As you can hear, the women performing change their pace, rhythm, pitch and timbre throughout the entire game. This is what adds to the difficulty of the game, as one person has to follow while the other quickly changes these aspects of their singing. Jean-Jacques Nattiez describes it as such:

“We would judge [this] Inuit practice to be “musical” a priori: katajjaq, which is today referred to as a ‘throat-game.’ Katajjaq as music? Certainly from the western vantage point it is music, since [musical groups have] made a record of it (which was even awarded a prize, by a rather well known Academy). But within the Inuit social practice, this complex symbolic form has one predominant characteristic: it is a game. The principle behind performing katajjaq is as follows: it is played by two women; the repeat a brief motif at staggered intervals, until one of the women is forced to stop, having either run out of breath or tripped over her own tongue. There is a winner and a loser.” (Jean Jacques Nattiez)

The origins of this game are believed to be women who were playing this game while the men went out hunting for food. While men were hunting and gathering, the women in these tribes back with the children caring for them, cooking and making sure that everything at home ran smoothly. However, the men would, at times, be gone for days on end, so in order to pass the time, women began this practice which has now stood the test of time and defined this native group musically, even though it was not meant to be a form of music at all. Another tidbit on Inuit throat singing at one point was done with the women getting so close to each other that their lips were nearly touching. While this is no longer done in the modern practice of Inuit throat singing, it was done this way in order to use the other women’s throat as a resonator. This may seem like a useless fact, however when you begin to try to draw connections between the Inuit people and other throat singing groups, it becomes very valuable. For example, the Ainu people.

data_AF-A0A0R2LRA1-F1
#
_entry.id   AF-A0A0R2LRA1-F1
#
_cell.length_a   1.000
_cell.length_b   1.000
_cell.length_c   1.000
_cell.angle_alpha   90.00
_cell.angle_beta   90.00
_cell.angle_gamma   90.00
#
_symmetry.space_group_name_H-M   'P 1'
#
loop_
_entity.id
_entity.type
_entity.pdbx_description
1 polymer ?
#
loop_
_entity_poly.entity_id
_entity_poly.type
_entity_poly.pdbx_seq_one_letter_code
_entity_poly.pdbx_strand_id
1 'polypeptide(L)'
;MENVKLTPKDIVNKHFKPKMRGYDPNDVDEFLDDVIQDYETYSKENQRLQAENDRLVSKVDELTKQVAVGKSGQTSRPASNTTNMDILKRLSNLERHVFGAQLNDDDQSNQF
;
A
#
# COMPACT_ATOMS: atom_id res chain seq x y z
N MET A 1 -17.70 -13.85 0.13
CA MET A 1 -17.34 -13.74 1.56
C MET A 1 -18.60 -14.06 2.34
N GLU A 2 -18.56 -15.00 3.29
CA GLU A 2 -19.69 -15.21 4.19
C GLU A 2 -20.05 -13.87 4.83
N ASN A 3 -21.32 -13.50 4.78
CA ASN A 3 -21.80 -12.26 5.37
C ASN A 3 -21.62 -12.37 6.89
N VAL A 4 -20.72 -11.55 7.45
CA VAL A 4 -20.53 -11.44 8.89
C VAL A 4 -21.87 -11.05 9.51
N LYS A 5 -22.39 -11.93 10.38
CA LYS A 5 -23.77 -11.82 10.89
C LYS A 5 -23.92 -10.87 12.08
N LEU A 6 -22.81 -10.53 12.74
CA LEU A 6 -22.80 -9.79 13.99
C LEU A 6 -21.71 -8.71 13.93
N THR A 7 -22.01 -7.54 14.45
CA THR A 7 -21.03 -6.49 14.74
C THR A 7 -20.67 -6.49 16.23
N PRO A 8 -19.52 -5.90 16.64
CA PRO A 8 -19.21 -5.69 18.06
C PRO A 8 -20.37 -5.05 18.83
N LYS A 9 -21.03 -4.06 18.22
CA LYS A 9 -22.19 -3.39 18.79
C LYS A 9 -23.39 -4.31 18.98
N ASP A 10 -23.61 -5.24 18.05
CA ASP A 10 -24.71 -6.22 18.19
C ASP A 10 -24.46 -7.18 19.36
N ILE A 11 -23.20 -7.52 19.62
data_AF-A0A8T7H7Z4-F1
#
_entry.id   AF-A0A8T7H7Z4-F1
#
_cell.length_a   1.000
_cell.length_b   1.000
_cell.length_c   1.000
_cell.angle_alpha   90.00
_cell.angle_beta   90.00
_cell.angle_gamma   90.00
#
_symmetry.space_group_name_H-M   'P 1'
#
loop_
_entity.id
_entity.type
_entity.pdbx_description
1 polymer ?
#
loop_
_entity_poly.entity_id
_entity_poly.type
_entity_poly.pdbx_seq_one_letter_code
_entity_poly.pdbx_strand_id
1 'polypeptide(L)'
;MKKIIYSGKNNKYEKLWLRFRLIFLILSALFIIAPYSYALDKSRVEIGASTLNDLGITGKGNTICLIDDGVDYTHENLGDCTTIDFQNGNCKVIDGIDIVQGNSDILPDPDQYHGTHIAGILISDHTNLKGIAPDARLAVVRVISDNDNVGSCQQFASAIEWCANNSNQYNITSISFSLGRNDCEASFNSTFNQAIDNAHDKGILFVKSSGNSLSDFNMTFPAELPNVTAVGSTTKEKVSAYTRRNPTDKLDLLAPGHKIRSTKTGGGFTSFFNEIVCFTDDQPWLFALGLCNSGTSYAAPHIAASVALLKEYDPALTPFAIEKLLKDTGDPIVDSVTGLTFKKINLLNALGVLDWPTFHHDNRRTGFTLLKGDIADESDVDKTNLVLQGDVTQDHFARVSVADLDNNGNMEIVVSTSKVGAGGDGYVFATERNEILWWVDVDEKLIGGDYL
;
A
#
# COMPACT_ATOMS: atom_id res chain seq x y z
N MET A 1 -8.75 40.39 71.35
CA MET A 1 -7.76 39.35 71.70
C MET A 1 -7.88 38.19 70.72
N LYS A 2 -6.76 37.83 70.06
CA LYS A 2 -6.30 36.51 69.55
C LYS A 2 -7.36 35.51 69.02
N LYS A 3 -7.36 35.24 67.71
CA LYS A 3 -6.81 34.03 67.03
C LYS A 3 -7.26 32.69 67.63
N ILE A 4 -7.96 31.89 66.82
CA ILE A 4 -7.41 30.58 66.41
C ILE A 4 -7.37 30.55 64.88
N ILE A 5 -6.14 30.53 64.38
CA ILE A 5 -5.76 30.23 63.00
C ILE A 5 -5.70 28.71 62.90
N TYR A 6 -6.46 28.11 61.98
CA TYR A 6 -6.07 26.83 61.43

The Ainu tribes, located in Northern Japan, is also known for their throat singing technique called Rekuhkara. Rekuhkara, also performed by two women, is done by two women forming a tube with their hands and then chanting into each others mouths and throats. This cavity acts as a way of the performers using each others mouths and throats as a resonator to give the technique a unique sound. In addition, this technique also utilizes the inhale as a sound, although less so than Inuit throat singing.

(Also listen to the previous video on Inuit Throat singing at the 1:00 mark)

Picture of two Ainu women performing Rekuhkara